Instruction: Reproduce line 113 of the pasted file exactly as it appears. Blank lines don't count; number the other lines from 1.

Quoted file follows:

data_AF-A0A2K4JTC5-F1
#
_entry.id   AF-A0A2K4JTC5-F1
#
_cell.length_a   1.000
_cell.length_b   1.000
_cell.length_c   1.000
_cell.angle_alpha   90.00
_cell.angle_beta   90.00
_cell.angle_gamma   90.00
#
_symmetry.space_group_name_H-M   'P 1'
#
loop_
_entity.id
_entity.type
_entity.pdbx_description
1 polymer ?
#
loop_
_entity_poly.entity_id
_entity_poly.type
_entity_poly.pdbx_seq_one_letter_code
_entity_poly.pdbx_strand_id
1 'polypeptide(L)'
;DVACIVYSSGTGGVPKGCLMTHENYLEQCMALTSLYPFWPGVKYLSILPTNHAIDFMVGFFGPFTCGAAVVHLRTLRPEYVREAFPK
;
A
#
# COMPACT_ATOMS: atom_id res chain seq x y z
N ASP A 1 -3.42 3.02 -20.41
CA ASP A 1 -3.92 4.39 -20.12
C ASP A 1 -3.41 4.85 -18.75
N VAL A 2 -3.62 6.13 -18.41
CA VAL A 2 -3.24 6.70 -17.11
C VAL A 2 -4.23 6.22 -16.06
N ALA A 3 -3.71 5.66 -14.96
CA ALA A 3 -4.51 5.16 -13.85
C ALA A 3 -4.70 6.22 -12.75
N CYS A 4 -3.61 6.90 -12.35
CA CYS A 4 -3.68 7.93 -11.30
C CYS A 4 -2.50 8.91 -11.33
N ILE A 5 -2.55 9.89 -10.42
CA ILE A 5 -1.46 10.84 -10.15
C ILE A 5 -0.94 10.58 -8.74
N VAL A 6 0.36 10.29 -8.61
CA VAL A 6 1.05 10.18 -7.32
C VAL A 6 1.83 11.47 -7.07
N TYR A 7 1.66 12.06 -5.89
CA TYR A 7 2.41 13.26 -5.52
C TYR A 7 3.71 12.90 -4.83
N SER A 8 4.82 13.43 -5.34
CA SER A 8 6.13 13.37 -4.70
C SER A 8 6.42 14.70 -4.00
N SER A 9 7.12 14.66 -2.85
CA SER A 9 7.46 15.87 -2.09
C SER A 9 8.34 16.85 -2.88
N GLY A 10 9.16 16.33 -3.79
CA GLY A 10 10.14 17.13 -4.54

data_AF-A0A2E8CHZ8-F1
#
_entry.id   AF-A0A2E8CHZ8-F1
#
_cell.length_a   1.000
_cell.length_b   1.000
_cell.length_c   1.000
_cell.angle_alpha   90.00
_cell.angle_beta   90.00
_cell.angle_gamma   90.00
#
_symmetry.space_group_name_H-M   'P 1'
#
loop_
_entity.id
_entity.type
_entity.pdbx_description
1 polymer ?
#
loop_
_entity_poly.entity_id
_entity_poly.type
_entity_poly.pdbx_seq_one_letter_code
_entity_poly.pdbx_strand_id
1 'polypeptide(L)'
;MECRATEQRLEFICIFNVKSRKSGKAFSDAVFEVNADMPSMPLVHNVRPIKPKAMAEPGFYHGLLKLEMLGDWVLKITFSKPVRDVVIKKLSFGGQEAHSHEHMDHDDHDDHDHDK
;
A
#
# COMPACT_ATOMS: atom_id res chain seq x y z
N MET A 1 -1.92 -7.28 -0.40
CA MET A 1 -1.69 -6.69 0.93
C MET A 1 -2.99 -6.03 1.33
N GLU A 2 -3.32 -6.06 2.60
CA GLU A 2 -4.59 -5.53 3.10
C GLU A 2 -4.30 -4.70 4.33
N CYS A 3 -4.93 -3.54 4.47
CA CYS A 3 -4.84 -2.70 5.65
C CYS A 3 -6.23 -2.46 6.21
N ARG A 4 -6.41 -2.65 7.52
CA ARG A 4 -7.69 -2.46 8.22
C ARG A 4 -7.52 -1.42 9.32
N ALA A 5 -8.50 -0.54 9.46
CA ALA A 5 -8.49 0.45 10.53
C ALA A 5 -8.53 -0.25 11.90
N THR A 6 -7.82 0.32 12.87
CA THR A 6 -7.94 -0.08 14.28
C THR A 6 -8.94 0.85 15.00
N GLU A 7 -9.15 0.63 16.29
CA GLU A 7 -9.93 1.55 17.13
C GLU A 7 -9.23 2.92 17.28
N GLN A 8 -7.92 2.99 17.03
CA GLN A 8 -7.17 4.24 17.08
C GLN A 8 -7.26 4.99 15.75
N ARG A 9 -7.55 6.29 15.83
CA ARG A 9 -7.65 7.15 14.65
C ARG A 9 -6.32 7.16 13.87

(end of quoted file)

C GLN A 8 -7.26 4.99 15.75